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A dark shadow envelops the grand old homestead overlooking Mobile Bay and the Gulf of Mexico, as a family gathers to mourn the untimely death of the remarkable woman who lived there. Artie Sullivan: world-famous artist, beloved daughter, sister and aunt, her powerful presence still felt even in death; her last request shattering convention and causing painful discord among those who loved her. Bound by blood, marriage, illicit alliances, and a terrible secret still buried, each must deal with bittersweet memories, and words left unspoken. Arties's younger brother Hektor is devastated by the death of his sister, but it is Donnie, Artie's twin, who feels he has lost a part of his soul, while his wife Mariel has lost a rival. Their daughter Dolly, who at twenty-seven is divorced form a man she still loves, is engulfed by huge sorrows of her own, and has inherited the house filled with ghosts of the past.
Yet in the often mysterious land of the deep South, where love and hatred run deep and lose, and dissension often simmers just beneath the surface, Artie's passing has touched many others as well, and brings cousins, servants, and neighbors to a place where artificial boundaries vanish. And in this unforgettable almost-forbidden place of pain and love, loss and passion, each of the Sullivans will discover truths long buried in silence, in taboos, and in the heart.
About the Author
Anne George (c.____ - 2001) was the Agatha Award-winning author of the Southern Sisters mystery series which culminate in Murder Boogies with Elvis, publishing in August 2001. Like Patricia Anne, she was a happily married former school teacher living in Birmingham, Alabama. Ms. George was also a former Alabama State Poet and a regular contributor to literary publications. During her lifetime she was nominated for several awards, including the Pulitzer. Being a true lady of the Old South, her date of birth will forever be a mystery.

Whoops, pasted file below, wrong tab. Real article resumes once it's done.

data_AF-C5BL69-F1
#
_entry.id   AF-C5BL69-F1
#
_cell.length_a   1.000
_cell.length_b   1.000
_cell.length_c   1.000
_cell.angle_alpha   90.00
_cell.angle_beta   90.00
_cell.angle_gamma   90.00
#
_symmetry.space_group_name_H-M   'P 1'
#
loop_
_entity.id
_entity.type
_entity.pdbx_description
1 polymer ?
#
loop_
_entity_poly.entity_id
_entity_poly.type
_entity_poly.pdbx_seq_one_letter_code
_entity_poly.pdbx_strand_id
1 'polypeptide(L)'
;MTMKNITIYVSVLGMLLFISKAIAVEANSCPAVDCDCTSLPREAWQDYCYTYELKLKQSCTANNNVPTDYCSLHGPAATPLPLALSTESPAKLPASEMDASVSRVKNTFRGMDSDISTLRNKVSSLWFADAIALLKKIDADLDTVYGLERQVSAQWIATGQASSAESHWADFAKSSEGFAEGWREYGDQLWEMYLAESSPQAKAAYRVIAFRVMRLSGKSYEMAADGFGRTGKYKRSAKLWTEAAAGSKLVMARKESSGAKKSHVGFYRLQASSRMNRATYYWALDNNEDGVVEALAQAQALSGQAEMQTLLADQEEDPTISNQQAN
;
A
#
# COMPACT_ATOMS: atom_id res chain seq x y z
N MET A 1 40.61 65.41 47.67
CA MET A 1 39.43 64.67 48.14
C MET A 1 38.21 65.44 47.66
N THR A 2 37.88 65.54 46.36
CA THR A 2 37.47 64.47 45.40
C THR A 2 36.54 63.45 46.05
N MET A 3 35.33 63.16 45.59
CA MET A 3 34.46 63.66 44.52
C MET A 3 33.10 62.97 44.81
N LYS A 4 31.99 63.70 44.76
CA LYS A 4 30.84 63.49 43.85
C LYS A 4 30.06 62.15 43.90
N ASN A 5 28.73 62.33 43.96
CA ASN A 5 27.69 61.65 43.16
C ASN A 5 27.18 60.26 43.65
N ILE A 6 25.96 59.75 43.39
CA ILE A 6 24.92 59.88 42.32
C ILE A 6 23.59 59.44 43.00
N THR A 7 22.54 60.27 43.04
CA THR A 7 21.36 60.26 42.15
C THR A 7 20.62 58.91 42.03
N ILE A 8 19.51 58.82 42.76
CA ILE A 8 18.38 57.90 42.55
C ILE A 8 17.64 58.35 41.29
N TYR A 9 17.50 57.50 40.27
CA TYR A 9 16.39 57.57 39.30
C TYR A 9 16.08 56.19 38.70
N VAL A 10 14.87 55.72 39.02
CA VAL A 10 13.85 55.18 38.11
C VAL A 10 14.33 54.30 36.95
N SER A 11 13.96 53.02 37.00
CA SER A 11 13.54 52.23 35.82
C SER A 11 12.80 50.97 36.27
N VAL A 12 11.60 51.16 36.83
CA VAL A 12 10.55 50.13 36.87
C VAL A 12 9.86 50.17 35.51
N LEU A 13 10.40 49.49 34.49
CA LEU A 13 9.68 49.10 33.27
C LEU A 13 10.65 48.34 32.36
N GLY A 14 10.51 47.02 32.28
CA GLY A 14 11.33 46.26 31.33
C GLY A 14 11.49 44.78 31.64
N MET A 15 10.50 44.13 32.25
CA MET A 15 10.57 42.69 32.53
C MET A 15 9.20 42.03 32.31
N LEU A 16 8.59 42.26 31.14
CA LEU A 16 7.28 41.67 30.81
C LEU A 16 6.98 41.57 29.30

Read an Excerpt
The Bay. It draws her these last few nights of her dying. She rises from her bed that has been placed downstairs, and, careful not to wake Mrs. Randolph, opens the front door and steps onto the porch.
She is weak, but the pain is distant, like a thunderstorm held at the horizon. She crosses the yard slowly and rests at the top of the steps that lead to the beach. The air is warm, moist, and still. She feels it settling around her. Then slowly she begins her descent. Sea oats brush against her hands as she clasps the railing.
She pulls off her nightgown, folds it on the last step, and crosses the narrow beach to the water. The sand is cool to her bare feet, but the water is warm and quiet as bathwater. She walks into it and sits down, then lies back, one arm beneath her head.
The moon is a cup spilling out stars. Was it Papa who had said that once? Or had she read it? It doesn't matter. She sees that it is true. Stars drop from the sky, burning, into the bay.
She could sleep here like a baby in its sea of amniotic fluid. Sometimes she thinks she remembers what that was like, floating with Donnie in Sarah's belly.
Artie closes her eyes and sees them all: Donnie, her other half, Carl, her husband, Bo, her love, Dolly, child of her heart, Hektor, Zeke Pardue, Papa, Mama.
Warp and woof of her life. But, on these last few nights of her dying, it is Sarah, her mother, that Artie longs for.
When she sits up, water pools in the bony conclaves of her body. She holds her palms together, fills them with water, and, bending, pours the water slowly over herhead.